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Detroit — Mayor Mike Duggan, Quicken Loans Community Fund and a coalition of city organizations are urging residents to apply for an expanded property tax exemption program to help them avoid foreclosure.

"We are committed to doing everything we can," Duggan told a group gathered Friday inside the eastside nonprofit U-Snap-Bac. "We are going to get blight out of this city, but we're not going to make any progress if people keep moving out of our houses. You've been here; we want you to stay in your home."

The group came together Friday to promote a citywide push to get eligible Detroit residents to apply for the Homeowner's Property Tax Assistance Program.

Under the expanded exemption, unveiled by Duggan earlier this month, the program now makes thousands more Detroit households eligible for property tax relief with the addition of a 25% exemption. 

That means a family of two earning $25,703 or a family of four earning $31,930 would be eligible for a 25% reduction on their property taxes.

The expansion also could eventually give more residents access to the city’s proposed Pay as You Stay program, recently passed by the state House and would eliminate penalties, interest and fees on back taxes.

"This work is needed, and we're eager to deepen our reach with the city and community counterparts," added Linda Smith, executive director of U-Snap-Bac  "Every resident, no matter their economic status, must stay in their home. We do not need any more vacant homes in the city of Detroit."

Previously, homeowners could qualify for a 100% exemption or a 50% exemption on their property taxes depending on income.  

A family of two earning $22,754 or less is eligible for a 50% exemption, while a family of two earning $20,246 or less is eligible for a 100% tax exemption, meaning they pay no property taxes each year they are eligible, according to the city.

A lengthy investigation by The Detroit News found city homeowners were overtaxed by at least $600 million after the city failed to accurately bring down property values in the years following the Great Recession. 

City Hall completed a state-ordered reappraisal of every residential property in 2017 to correct the problem, but thousands today still are facing foreclosure over back taxes. 

Of the more than 63,000 Detroit homes with delinquent debt as of last fall, more than 90% were overtaxed — by an average of at least $3,700 — between 2010 and 2016, according to calculations by The News. The debt owed on about 40,000 of those homes is less than the properties were overtaxed over those seven years.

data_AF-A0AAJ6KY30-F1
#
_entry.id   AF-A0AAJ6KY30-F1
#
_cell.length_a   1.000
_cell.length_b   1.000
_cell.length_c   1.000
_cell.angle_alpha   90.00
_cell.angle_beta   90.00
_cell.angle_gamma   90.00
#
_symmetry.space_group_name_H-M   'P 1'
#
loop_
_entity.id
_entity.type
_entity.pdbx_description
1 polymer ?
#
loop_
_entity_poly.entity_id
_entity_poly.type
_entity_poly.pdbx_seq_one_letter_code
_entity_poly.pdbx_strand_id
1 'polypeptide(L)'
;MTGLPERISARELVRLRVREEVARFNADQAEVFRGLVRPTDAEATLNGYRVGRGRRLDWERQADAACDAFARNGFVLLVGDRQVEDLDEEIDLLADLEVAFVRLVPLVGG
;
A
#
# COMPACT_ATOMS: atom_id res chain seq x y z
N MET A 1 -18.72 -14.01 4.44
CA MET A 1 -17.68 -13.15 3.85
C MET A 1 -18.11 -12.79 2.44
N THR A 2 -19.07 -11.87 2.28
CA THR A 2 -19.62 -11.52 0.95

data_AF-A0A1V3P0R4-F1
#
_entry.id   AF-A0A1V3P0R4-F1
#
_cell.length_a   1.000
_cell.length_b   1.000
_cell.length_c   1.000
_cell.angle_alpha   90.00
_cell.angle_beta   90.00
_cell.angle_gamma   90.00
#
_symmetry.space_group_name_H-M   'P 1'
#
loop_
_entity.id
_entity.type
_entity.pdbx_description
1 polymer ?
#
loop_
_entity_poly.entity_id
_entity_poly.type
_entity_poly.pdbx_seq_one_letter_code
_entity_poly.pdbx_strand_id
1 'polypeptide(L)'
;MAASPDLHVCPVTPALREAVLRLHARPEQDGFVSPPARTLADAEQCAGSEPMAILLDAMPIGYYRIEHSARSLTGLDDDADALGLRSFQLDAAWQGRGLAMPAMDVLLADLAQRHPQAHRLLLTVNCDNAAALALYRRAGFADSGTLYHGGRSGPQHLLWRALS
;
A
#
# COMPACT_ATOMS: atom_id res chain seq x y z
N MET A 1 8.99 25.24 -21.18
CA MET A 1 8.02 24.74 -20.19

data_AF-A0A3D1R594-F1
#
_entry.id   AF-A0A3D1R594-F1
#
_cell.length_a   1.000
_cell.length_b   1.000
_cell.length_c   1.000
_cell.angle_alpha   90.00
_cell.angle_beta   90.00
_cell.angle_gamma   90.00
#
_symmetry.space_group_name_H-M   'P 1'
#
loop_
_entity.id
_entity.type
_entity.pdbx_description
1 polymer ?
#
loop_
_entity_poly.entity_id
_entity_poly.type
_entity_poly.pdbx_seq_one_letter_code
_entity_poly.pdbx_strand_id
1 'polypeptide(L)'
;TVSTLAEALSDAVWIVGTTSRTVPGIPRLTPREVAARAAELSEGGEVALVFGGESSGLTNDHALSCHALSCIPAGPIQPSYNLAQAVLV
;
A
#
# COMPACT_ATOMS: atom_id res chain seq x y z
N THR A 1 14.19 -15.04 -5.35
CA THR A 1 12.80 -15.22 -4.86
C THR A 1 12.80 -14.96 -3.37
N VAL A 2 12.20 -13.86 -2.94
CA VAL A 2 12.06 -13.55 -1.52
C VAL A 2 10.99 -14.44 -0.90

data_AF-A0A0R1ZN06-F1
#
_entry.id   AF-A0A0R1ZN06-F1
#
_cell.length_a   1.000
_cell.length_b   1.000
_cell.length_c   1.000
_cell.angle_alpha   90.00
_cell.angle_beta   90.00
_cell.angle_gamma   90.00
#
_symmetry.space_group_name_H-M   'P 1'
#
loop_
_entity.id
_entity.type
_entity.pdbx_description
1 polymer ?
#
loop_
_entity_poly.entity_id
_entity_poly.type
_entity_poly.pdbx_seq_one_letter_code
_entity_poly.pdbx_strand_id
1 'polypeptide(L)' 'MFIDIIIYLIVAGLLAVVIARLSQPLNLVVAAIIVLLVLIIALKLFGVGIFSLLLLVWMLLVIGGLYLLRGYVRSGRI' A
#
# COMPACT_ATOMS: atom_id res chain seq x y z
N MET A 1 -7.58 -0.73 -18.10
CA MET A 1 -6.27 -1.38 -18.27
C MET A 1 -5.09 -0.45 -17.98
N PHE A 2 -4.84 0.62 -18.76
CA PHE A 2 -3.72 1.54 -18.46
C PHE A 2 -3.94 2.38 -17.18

Duggan on Friday said 9,000 properties in Detroit were foreclosed on in 2015. Last year, he said, that number was down to 500.

"This year, we're going at it even harder, and we think we can make an even greater reduction," the mayor said.

The latest tax assistance effort builds on a similar program last year, which led to a 30% increase in the number of residents participants to avoid tax delinquency and potential foreclosure.

Residents who meet eligibility requirements must apply before March 21 and gain approval of the city's Board of Review can receive their tax exemption before summer tax bills are prepared.

Summer tax bills go out in July, and at least half of the amount owed is due Aug. 15. Taxes not paid before March 1 of the following year are delinquent and sent to the Wayne County Treasurer's Office for collection, officials said. 

Last year, 16 community partners conducted workshops, and through the help of Quicken's community fund, knocked on tens of thousands of doors to educate homeowners about the program and get them enrolled.

As a result, officials said, applicants rose to 7,600 from fewer than 6,000 the year prior. 

The partners in 2019 served about 3,500 Detroit families, said Laura Grannemann, Quicken Loans Community Fund vice president. 

Quicken, she said, recruited more than 400 Detroit residents to go door-to-door to all of the 60,000 families in Detroit that were behind on property taxes.

Grannemann said many homeowners or occupants should have been able to qualify for a property tax exemption but "just didn't know."

This year, she said, Lyft rides are being offered to help those with mobility limitations reach community partner offices and the team has called more than 3,000 homeowners over the last six months to remind them of the exemptions.

"Going forward, we have to totally change the dynamic of the conversation and put people at the center of it and ask them what it is they need to be able to stay in their home," she said.

Community partners are expected to host a new series of workshops beginning next month. They will be held regularly in each of the city's seven council districts. 

In 2019, the city granted 7,601 property tax exemptions to qualifying Detroit homeowners, a 30% jump from the previous year. The increase, officials said, followed more outreach efforts by the city and community partners, including mailers, workshops and billboards.

Detroit's foreclosures have fallen from a record high 9,111 occupied homes in 2015 to 514 last year, representing a 94% drop, city data shows.

About 31,000 Detroiters living in their homes are behind on tax debt, and Duggan has estimated more than 60% could meet the income requirements to qualify for Pay as You Stay.

Applications are available online and can be requested through mail by calling (313) 224-3035 or emailing assessorspecialprocessing@detroitmi.gov.

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